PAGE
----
The feudal system BY REMOVING THE TRANSMISSION OF LAND from the buying/selling circuit established several things : establishing a value OUTSIDE of buying and selling, attached to the land (thus maintaining CONNECTION with nature in SOME form).
i keep harping on the fact that in order for something to "mean", we have to have organized an OUTSIDE to this something that we consciously recognize as having value. If we organize an outside that we denigrate as having NO value, well, that does not do the trick. That is polarization. (I'm developing this thought, don't quote me on it, I may change my mind next week...)
The purpose of the aristocratic CLASS, historically, was to organize an OUTSIDE to buying and selling, and WORK, too, while we're at it.
Remember that the aristocracy was not supposed to work ? And NOT to buy or sell, either ??...
i think that we are suffering from the bottoming out of the FUNCTION of aristocracy. (Which means that I am a proponent of the Ancien Regime, incidentally... which is NOT the same thing as espousing absolute monarchy, dixit Jacques...)
I think that a new feudalism MIGHT be interesting.
What could a new feudalism be ?

Toby said...

"The purpose of the aristocratic CLASS, historically, was to organize an OUTSIDE to buying and selling, and WORK, too, while we're at it."

Very interesting, as well as the thoughts leading up to this point.

Yes, I see (as I said in my big post on debt and interest) the difficult ending of elitism engulfing us now. The 'capitalist' system you describe has contorted itself through many socioeconomic forms but is now out of rope, out of options, out of healthy juice. It's gangrenous and poisonous.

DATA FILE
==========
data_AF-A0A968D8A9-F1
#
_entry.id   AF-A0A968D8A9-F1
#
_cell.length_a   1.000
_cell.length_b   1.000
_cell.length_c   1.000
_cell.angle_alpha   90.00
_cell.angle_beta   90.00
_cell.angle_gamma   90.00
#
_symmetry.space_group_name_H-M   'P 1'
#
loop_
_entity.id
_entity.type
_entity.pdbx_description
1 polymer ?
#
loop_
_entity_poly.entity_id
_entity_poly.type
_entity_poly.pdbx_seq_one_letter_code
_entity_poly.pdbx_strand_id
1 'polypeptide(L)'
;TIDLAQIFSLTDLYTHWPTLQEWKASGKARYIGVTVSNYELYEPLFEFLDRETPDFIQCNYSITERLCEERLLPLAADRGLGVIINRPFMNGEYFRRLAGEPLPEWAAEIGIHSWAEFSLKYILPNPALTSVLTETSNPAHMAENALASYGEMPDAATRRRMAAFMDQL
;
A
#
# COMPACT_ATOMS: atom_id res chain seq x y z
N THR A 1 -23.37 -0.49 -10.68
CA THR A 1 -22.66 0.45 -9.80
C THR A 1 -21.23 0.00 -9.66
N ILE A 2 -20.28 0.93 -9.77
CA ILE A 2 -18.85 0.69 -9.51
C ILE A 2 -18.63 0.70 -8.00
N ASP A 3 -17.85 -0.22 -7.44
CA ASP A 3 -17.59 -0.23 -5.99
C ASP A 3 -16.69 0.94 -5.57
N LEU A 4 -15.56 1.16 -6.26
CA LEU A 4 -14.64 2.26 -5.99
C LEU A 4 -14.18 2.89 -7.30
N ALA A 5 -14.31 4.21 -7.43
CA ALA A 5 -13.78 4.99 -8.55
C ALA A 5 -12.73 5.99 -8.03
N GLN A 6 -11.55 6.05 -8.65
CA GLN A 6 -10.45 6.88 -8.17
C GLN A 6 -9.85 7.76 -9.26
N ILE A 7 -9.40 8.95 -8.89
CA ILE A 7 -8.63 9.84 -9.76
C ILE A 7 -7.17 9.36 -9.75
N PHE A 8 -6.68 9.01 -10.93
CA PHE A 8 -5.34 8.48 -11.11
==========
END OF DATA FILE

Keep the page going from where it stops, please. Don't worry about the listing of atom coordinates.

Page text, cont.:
Jacque's musings on technology/endless money are accurate but not complete, at least not as you have presented them. The technological direction or motivational impetus, due to the intellectual/philosophical harness we have clothed ourselves with, is the issue. Eisenstein's Separation, which precedes even farming to some degree, is at root here. Only a total embracing of symbiosis and interdependency can help humanity change course. But I can't paraphrase Eisenstein without quoting all 560 or so pages, so I'll leave that it to you to get the book one day.

Also, let's be strict with the term capitalism. It is not as old as the hills, is a word coined by Marx, and will no longer be capitalism should we radically change our notions of ownership, money, government, hierarchy etc. I'm not keen on feudalism either. I hope for a change of direction towards a non-elitist, loose-hierarchy, apolitical (in terms of party politics) resource-based economy. And it is the direction that interests me, not the goal. The means are everything since there can never be an end. Ends are illusions.